If you’ve been considering yourself lucky because you’ve managed to avoid catching bugs from the people coughing and sneezing around you, I daresay that luck has nothing to do with it. The thing that’s been keeping you healthy is your immune system, plain and simple. And it takes more than luck to keep it—and you—strong and resilient.
I can hear you thinking to yourself: But Paula, I received my flu vaccine—that’s what’s keeping me healthy. Well, I’m here to remind you that vaccination and immunization aren’t the same thing. Even if you’ve opted for the flu vaccine, your immune system still needs to be robust enough to fight off any virus you’ve been exposed to.
Of course, it’s your personal choice whether or not you get the vaccine. I’m simply saying that the situation is more complex than getting the shot, and you shouldn’t assume that all is well if you do.
If it isn’t luck or the vaccine that keeps your immune system operating at full capacity, what is it? Like so many other factors in your overall health, it’s the choices you make on a daily basis that have the biggest impact on whether your immune system is strong and resilient or weak and susceptible.
Here are some choices that can help you keep your immune system working at its best:
- Eat right. Pay attention to what kind of food you eat and choose nutrient dense foods more often than you splurge on less healthy options.
- Exercise. Find an exercise routine that you enjoy and reap the rewards by sticking with it.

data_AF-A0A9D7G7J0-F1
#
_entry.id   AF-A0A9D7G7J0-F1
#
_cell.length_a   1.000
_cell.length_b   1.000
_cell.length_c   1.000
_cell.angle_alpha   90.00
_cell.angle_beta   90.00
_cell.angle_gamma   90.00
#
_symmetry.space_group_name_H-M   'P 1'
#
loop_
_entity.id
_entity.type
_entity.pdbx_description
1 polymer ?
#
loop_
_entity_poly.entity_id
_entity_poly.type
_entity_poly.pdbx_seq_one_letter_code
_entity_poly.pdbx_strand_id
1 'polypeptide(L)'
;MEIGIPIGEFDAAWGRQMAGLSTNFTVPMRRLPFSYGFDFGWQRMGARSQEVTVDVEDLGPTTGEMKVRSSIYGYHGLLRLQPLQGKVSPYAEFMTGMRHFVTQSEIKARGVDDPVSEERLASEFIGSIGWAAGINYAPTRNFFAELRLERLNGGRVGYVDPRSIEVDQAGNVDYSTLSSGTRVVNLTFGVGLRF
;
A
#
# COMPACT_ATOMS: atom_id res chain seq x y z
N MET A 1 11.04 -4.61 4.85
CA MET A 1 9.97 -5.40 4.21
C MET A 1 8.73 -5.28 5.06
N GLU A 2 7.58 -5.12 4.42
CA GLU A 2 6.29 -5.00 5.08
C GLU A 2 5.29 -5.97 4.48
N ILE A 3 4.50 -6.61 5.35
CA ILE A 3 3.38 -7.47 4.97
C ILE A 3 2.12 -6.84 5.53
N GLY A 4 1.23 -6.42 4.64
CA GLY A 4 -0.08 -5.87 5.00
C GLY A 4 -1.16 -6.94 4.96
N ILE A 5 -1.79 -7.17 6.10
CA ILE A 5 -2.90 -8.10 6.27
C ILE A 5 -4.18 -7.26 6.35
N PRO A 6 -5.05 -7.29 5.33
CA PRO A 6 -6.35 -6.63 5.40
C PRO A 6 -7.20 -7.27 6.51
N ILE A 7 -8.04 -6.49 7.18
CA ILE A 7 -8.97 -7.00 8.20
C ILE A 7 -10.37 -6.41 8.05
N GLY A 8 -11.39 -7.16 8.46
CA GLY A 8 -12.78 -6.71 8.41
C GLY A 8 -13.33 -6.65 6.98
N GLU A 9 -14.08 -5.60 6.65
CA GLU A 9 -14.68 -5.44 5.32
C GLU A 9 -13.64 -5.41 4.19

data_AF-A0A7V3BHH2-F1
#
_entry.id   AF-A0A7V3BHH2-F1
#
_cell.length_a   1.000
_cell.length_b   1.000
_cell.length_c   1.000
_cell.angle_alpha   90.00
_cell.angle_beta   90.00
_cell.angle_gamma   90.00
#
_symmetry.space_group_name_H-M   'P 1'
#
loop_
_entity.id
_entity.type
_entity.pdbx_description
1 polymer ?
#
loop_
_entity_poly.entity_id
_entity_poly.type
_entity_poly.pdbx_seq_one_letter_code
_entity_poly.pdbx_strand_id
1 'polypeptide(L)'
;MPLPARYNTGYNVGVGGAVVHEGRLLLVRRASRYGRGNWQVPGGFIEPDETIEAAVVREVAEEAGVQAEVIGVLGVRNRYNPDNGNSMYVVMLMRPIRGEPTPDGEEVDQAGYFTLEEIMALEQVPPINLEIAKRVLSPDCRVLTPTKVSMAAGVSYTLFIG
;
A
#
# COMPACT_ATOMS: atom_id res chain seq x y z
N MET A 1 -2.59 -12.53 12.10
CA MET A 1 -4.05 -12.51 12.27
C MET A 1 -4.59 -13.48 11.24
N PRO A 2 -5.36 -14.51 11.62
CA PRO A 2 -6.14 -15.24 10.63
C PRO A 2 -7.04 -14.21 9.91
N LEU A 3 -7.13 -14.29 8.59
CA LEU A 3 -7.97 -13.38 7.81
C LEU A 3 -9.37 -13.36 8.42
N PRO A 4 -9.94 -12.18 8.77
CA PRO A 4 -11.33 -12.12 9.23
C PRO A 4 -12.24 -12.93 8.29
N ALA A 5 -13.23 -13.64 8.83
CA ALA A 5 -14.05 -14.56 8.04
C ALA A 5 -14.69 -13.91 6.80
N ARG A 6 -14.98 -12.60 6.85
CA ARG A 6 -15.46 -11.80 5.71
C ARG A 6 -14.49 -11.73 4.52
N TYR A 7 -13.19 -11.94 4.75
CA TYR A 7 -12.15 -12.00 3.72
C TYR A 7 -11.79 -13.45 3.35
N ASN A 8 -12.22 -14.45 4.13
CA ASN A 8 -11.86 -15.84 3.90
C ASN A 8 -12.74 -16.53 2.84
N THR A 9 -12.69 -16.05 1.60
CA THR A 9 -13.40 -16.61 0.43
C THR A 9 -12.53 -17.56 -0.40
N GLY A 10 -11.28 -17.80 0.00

- Manage your stress. Keep stress at a minimum because it can put a real burden on your whole body, including your immune system.
- Wash your hands. When washing up, be sure to use warm water and soap. (But don’t get totally freaked out by germs—exposure builds your immune system.)
Plenty of people seem to go from head colds to stomach bugs all the way through cold and flu season without any clue of why. Maria Atwood is here to offer you some hope for sniffle- and ache-free days in her blog post “Healing the Immune System.” With an in-depth discussion of not only the immune system but also how it works in conjunction with your digestive system, Atwood will build your self-health knowledge and get you back in control of your health.
While it can take some time to get back on track, it isn’t super complicated. You can start to steadily improve your overall health by moving through the steps Atwood outlines. After all, your body is exposed to viruses and bacteria all year long—not just during cold and flu season.
Even diligent self-healthers can fall victim to illness every now and then, so it’s a good idea to have some remedies in your medicine cabinet. One of my favorites, Congaplex from Standard Process, will give your immune system a boost when needed. It also offers support to your thymus gland, which Atwood points out is a key player in your immune system. This has been a real health-saver for me in the past.
Congaplex can seriously help at the first sign of a cold or flu, such as a tickle in your throat that just won’t go away. I’ve been recommended a dose of two capsules every two hours for the first day or two until your symptoms lessen or completely clear up. Since it’s also available as Congaplex Chewable (though not as concentrated), even your non-pill-swallowing loved ones can benefit from it. But keep in mind that you’ll need to give your body extra calcium lactate and C complex as well as some apple cider vinegar and chicken soup to help the cause.
Remember, it’s the little things you do each day that have the biggest influence on how well your immune system fights off the crud you’re exposed to every day—especially during cold and flu season.
Image from iStock/AntonioGuillem.